Paying PTs To Identify Psych Issues, Addiction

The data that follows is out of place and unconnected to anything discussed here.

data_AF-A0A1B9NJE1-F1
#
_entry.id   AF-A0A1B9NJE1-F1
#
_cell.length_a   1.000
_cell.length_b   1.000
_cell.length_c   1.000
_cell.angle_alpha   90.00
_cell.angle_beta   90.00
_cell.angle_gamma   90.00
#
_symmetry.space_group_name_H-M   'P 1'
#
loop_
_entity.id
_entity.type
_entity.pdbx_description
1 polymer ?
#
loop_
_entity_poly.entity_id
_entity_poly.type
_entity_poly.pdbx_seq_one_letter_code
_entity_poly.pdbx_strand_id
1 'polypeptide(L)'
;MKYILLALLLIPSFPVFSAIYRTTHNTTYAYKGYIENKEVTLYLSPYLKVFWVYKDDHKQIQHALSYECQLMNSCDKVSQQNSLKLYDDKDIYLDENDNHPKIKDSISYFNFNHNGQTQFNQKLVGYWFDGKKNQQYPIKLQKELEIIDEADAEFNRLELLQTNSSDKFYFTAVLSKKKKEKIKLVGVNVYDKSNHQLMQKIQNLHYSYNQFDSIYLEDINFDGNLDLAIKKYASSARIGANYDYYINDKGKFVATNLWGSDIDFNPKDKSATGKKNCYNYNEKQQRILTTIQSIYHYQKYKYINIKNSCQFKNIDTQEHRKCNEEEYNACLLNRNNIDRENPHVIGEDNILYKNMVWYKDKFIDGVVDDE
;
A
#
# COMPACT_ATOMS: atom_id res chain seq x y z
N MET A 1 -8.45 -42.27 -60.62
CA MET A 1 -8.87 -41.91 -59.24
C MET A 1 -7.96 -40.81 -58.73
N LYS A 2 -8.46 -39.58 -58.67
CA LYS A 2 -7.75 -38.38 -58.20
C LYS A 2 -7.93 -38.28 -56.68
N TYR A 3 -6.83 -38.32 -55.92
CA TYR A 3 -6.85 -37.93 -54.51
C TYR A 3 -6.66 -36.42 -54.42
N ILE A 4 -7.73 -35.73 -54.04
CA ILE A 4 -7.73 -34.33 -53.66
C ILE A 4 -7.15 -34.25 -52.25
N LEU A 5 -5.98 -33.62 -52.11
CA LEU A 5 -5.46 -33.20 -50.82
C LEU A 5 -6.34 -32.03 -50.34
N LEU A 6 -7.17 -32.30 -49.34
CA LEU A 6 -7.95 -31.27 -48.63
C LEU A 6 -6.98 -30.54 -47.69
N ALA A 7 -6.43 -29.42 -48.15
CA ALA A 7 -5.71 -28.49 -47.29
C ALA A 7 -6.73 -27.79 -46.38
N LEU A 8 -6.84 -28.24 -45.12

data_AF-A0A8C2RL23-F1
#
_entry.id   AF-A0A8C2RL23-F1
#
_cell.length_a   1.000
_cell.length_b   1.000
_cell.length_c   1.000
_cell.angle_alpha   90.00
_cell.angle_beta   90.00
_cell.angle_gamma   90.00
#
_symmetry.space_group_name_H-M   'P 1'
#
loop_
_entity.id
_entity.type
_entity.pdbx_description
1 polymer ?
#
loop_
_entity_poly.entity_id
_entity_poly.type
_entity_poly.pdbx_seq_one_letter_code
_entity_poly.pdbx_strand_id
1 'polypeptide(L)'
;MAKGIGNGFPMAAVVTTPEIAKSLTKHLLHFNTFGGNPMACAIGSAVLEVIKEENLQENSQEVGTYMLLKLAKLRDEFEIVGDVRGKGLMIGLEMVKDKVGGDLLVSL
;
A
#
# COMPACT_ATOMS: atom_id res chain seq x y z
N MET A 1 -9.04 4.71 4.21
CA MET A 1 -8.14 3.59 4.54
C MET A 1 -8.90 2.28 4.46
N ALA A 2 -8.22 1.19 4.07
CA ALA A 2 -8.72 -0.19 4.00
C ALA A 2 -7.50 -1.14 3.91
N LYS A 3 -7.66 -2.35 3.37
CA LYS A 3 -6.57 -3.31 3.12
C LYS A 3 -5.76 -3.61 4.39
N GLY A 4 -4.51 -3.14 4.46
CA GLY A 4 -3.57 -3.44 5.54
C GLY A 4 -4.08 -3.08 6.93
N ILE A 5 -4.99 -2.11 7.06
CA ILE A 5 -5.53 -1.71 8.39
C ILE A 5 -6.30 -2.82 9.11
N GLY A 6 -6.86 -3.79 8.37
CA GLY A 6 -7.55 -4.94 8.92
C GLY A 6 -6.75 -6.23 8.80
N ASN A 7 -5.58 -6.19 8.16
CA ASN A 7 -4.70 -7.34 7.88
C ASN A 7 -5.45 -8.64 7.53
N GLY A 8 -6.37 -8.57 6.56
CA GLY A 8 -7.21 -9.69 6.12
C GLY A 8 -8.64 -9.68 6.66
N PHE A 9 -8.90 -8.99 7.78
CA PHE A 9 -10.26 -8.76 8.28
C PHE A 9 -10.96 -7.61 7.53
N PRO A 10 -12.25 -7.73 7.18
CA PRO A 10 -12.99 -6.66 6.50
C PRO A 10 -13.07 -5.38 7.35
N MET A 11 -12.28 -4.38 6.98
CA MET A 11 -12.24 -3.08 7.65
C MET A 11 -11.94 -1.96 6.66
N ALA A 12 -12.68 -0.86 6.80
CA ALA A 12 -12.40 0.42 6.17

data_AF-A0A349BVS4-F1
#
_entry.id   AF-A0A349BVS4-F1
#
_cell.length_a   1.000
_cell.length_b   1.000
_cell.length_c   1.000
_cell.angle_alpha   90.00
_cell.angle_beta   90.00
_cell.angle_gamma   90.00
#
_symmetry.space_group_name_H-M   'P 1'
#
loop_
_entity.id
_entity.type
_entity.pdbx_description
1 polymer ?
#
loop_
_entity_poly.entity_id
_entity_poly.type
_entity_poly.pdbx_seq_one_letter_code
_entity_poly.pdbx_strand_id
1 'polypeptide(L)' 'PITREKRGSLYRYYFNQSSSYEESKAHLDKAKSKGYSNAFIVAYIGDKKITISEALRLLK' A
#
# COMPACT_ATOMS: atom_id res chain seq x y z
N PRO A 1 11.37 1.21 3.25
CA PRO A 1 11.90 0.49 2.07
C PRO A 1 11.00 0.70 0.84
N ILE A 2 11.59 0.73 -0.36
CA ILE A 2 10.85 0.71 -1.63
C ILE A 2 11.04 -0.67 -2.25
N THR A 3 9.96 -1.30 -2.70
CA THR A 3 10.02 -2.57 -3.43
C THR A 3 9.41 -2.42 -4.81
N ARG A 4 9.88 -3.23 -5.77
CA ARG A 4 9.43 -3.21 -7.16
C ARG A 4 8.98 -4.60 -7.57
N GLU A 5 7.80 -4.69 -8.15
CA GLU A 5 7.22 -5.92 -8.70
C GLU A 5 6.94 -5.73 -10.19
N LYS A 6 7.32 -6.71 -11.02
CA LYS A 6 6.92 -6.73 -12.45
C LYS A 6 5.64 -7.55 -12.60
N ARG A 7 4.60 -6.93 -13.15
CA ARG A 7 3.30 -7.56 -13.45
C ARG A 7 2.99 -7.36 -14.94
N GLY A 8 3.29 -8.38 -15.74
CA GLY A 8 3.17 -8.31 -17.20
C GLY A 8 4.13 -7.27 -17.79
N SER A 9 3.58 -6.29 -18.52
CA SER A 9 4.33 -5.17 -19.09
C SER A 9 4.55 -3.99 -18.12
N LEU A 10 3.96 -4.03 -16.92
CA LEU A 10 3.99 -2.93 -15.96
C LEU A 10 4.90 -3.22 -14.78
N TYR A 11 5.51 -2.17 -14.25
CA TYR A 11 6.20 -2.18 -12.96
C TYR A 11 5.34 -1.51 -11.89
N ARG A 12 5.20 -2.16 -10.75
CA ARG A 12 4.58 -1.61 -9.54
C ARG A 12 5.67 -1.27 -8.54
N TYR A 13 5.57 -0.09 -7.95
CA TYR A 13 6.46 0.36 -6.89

In a bit of an outlier but predictable move, United Healthcare has started waiving copays and deductibles for up to 3 physical therapy visits for patients presenting with low back pain. I think the decision has more to do with curtailing addiction than expanding access to therapy. PTs in five states will be part of the rollout (Connecticut, Florida, Georgia and North Carolina), with other states likely added in 2020 and 2021. The decision is a plus for PTs for now, but if you look more closely it almost pushes PT into a hybrid model as more so a diagnostic service than treatment provider. United, like other large insurers, has found that more patients use PT almost as their primary care provider, presumably to deal with pain and hard to fix musculoskeletal issues. But patients using PT have other conditions – possibly early onset of substance abuse, ongoing psych and mental illness, or as my own dad found in his years as a PT and athletic trainer, eating disorders masked as knee pain. The traditional 7 approved visits is likely still the norm but the 3 visit, no-copay allowance is no accident in our opinion. The insurer likely wants to motivate enrollees to use their PT to get the right diagnosis earlier, and motivate PTs to better manage care. This means PTs need to improve their ability to identify symptoms. Our study now about 5 years old illustrates that most groups have not been focused on finding out about a patient’s possible mental health issues and their impact, including addiction. Click here for that study: link. This also means that primary care providers, orthopedic practices and probably even educators and sports coaches need to make sure they have good relationships with a PT group. Cigna and Evicore are two other entities who are likely to explore similar initiatives as United given their focus on muskuloskeletal costs, and it’s possible BCBS and Anthem do as well. BCBS of Louisiana has started to offer an enhanced payment to PTs for sharing patient outcomes related data. At a minimum, the pilot program diverts somewhat from the trend of higher cost share for using specialists and often times requiring PCP referrals. UHC will email enrollees quarterly ‘as they gain access to the benefit’ but there are some rules: patients have to use in-network PTs and will need to have PT benefits remaining in their plan for that year to use this benefit.

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